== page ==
3. If you neglected your starter in the fridge for a few weeks, you might notice a layer of dark liquid on top of it. This is called “hooch” and can smell like alcohol. I always remove this layer and the very top layer of my starter, take some starter from the bottom and transfer it to another clean container. Then I start with regular feedings of 1 cup flour and 1/2 cup water until my starter is revived. Some advice to stir the hooch back into the starter to add a more sour flavor to the starter but I never did.
  4. If all you have left is about a tablespoon of starter, that is okay too. Just feed it until it doubles and produces a lot of bubbles.
  5. Feeding: my starter is a 100% hydration starter, meaning it is equal parts flour and water. By volume, it is 1/2 cup water and 1 cup flour. I try to feed the starter at least once a week, removing half the amount before feeding, and leaving the fed mixture at room temperature until doubled, 4-8 hours. It is then ready to use or if not using, refrigerate until needed.
  6. The half removed before feeding is called a “discard”. However, you need not discard it as there are numerous recipes using discards to make waffles, pancakes, cakes, etc.
  7. DRY YOUR STARTER FOR FUTURE USE, BACK UP, OR SHARING: Use a parchment paper to line a baking pan. Spread a thin layer of active starter over the parchment and let it air dry until brittle. When completely dried and brittle, break into small pieces. You can leave it as is or run through a blender to get a more powdery texture. Place 1 tablespoon portions in a ziplock bag and store in a cool, dry place. This is the easiest way to share them with friends too.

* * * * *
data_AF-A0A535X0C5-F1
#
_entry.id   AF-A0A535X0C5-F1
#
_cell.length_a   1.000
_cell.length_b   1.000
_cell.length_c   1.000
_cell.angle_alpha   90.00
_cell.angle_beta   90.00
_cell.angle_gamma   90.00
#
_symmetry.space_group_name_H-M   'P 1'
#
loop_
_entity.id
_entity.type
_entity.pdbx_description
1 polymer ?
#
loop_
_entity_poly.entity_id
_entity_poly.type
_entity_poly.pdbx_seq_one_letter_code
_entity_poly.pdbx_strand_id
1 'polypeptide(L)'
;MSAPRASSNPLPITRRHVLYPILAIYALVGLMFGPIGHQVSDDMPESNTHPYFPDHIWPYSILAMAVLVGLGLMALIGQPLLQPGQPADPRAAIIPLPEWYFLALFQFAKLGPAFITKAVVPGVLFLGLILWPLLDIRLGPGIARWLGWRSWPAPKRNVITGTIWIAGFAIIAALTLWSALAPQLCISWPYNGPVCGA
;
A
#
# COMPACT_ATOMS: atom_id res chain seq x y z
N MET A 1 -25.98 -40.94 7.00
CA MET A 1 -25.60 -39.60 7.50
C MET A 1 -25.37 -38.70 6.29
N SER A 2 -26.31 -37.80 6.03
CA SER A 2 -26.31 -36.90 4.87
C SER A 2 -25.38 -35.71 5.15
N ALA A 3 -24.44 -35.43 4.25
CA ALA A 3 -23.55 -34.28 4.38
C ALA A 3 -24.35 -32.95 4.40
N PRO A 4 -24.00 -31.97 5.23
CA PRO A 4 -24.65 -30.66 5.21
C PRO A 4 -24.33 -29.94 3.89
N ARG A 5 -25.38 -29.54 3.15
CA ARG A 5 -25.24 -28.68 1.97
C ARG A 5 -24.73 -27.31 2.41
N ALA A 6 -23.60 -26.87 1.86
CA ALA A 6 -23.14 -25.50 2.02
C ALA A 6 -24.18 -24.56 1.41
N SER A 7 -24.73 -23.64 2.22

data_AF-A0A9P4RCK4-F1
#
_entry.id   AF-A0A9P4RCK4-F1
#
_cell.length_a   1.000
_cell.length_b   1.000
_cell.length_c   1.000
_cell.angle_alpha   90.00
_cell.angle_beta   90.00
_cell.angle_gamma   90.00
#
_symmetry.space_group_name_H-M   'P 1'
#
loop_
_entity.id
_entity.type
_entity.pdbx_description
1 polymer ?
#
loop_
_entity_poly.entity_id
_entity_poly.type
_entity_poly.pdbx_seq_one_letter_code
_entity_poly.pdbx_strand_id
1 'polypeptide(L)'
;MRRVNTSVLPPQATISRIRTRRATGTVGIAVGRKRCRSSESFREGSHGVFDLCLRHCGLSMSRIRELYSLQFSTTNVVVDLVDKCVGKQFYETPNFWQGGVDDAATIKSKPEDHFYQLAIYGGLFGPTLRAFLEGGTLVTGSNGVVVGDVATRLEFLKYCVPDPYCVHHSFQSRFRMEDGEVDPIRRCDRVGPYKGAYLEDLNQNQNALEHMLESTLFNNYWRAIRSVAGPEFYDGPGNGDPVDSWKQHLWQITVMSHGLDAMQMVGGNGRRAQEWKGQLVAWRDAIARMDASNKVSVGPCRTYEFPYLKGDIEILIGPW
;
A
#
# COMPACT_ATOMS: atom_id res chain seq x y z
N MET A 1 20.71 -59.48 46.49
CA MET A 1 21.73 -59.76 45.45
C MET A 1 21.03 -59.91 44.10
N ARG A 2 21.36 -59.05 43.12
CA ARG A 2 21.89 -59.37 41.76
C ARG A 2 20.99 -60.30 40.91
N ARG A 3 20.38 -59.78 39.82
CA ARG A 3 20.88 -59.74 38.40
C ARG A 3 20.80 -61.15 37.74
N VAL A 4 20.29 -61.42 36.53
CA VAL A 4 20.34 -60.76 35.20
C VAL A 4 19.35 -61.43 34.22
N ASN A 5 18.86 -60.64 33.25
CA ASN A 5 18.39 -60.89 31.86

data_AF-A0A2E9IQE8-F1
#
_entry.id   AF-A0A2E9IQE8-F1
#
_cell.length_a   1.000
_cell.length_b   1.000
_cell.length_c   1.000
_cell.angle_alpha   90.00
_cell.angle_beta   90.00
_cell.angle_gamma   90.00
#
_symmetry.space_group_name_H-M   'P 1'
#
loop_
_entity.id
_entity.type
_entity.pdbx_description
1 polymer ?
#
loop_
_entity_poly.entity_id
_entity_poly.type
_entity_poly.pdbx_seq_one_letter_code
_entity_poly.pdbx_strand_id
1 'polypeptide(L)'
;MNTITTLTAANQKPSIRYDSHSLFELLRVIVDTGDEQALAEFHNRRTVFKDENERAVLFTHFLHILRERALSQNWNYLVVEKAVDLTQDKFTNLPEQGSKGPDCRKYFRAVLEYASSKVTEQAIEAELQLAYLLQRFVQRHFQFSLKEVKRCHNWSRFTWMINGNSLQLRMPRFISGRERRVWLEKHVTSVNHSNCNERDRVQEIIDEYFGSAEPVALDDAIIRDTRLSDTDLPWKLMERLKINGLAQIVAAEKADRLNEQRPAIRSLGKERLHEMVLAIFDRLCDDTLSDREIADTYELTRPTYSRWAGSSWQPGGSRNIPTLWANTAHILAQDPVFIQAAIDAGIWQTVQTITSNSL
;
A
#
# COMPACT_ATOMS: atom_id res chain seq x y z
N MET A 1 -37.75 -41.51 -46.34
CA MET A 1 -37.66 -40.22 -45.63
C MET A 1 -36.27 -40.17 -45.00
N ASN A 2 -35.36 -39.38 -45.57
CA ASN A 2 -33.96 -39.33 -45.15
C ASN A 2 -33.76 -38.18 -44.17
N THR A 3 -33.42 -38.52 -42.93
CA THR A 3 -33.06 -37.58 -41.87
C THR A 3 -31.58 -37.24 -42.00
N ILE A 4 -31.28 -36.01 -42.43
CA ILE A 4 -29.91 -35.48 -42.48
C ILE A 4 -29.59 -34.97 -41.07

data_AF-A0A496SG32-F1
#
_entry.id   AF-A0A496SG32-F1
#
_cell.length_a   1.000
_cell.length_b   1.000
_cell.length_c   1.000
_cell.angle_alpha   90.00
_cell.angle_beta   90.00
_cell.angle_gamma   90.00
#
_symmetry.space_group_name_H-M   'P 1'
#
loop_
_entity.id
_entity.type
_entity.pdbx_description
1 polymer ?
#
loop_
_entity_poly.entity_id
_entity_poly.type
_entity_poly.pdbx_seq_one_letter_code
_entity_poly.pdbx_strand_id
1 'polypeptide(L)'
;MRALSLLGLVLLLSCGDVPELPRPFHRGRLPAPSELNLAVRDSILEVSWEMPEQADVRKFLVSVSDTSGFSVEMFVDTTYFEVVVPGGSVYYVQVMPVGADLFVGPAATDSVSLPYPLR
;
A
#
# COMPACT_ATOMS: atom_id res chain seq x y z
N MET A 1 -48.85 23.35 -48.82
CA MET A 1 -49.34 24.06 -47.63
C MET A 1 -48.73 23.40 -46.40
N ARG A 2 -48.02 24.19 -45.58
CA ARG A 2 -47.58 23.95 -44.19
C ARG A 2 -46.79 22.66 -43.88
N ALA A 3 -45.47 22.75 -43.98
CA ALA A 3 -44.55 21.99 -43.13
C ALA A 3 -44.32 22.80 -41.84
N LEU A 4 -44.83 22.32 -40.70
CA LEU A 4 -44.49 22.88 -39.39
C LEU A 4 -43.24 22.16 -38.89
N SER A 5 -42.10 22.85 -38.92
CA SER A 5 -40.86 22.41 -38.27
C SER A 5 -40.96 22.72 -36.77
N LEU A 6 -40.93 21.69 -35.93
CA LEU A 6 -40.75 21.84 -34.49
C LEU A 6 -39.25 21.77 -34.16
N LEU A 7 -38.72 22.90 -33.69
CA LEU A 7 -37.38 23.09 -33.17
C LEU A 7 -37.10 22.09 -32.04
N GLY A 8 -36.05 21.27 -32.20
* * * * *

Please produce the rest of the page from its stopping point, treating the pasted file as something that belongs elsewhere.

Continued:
8. TO REACTIVATE YOUR DRIED STARTER: Start in the morning if possible. Add the contents of the ziplock bag to 1/4 cup all purpose flour and 2 tablespoons water in a jar. Stir, cover loosely and leave in a warm area for about 6-8 hours (top of the refrigerator is perfect). After 6- 8 hours, add another 1/4 cup all purpose flour and 2 tablespoon waster in the jar and cover loosely. Leave for another 6-8 hours in a warm area. This time, add 1/2 cup flour and 1/4 cup water to the jar and mix well. let sit overnight. Next day, discard half of the starter and repeat feeding until it doubles in size.
  9. Rubber band – very useful if you like marking the starting volume on your sourdough container to help you know when it doubles. Just use a rubber band!

Raisin, Walnut, and Cinnamon Swirl Sourdough Batard

This recipe is a variation of the sourdough boule recipe. The raisins and walnuts give it enough sweetness and flavor to enjoy on its own. Of course, with butter and jam it is even better!

Ingredients:

1 cup raisins

1 cup walnuts

1/2 cup starter

3 cups water

8 cups bread flour, plus more for dusting

1 tablespoon salt

melted butter or water

2/3 cup brown sugar

4 teaspoons good quality ground cinnamon

Procedure:

Soak raisins and walnuts in enough water to cover.

Mix starter into the water in a large bowl. Add the flour and salt and stir to combine. Cover with a dish cloth and let rest for about 30 minutes to 1 hour.

Drain the raisins and walnuts well and knead into the dough. Cover and let rise overnight.

Divide the dough into two and turn out onto a floured board.